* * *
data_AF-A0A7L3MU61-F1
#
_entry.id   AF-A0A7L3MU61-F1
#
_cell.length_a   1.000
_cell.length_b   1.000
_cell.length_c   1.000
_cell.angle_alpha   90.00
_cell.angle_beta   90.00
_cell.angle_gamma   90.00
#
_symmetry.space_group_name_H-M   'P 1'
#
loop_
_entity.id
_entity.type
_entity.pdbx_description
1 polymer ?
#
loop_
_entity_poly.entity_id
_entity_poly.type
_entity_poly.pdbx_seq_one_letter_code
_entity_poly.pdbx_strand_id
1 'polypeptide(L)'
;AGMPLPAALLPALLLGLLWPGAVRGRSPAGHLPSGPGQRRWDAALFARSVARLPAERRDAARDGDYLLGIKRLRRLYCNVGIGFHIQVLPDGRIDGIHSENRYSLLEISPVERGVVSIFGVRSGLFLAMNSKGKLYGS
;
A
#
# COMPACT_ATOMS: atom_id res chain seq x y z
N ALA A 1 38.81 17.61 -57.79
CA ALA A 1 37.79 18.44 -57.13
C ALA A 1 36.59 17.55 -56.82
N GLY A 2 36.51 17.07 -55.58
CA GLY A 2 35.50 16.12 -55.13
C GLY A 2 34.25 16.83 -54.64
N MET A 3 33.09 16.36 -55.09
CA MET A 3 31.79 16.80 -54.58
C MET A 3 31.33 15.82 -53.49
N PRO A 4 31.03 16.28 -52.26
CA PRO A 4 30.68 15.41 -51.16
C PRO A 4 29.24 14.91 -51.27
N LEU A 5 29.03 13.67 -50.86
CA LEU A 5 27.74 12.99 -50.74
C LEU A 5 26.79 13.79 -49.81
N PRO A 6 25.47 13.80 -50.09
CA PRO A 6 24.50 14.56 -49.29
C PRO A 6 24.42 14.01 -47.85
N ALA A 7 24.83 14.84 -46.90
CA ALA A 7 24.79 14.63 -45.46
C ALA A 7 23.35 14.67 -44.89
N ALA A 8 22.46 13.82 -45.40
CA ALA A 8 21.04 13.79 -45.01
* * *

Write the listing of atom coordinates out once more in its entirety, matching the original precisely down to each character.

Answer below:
data_AF-A0A7L3MU61-F1
#
_entry.id   AF-A0A7L3MU61-F1
#
_cell.length_a   1.000
_cell.length_b   1.000
_cell.length_c   1.000
_cell.angle_alpha   90.00
_cell.angle_beta   90.00
_cell.angle_gamma   90.00
#
_symmetry.space_group_name_H-M   'P 1'
#
loop_
_entity.id
_entity.type
_entity.pdbx_description
1 polymer ?
#
loop_
_entity_poly.entity_id
_entity_poly.type
_entity_poly.pdbx_seq_one_letter_code
_entity_poly.pdbx_strand_id
1 'polypeptide(L)'
;AGMPLPAALLPALLLGLLWPGAVRGRSPAGHLPSGPGQRRWDAALFARSVARLPAERRDAARDGDYLLGIKRLRRLYCNVGIGFHIQVLPDGRIDGIHSENRYSLLEISPVERGVVSIFGVRSGLFLAMNSKGKLYGS
;
A
#
# COMPACT_ATOMS: atom_id res chain seq x y z
N ALA A 1 38.81 17.61 -57.79
CA ALA A 1 37.79 18.44 -57.13
C ALA A 1 36.59 17.55 -56.82
N GLY A 2 36.51 17.07 -55.58
CA GLY A 2 35.50 16.12 -55.13
C GLY A 2 34.25 16.83 -54.64
N MET A 3 33.09 16.36 -55.09
CA MET A 3 31.79 16.80 -54.58
C MET A 3 31.33 15.82 -53.49
N PRO A 4 31.03 16.28 -52.26
CA PRO A 4 30.68 15.41 -51.16
C PRO A 4 29.24 14.91 -51.27
N LEU A 5 29.03 13.67 -50.86
CA LEU A 5 27.74 12.99 -50.74
C LEU A 5 26.79 13.79 -49.81
N PRO A 6 25.47 13.80 -50.09
CA PRO A 6 24.50 14.56 -49.29
C PRO A 6 24.42 14.01 -47.85
N ALA A 7 24.83 14.84 -46.90
CA ALA A 7 24.79 14.63 -45.46
C ALA A 7 23.35 14.67 -44.89
N ALA A 8 22.46 13.82 -45.40
CA ALA A 8 21.04 13.79 -45.01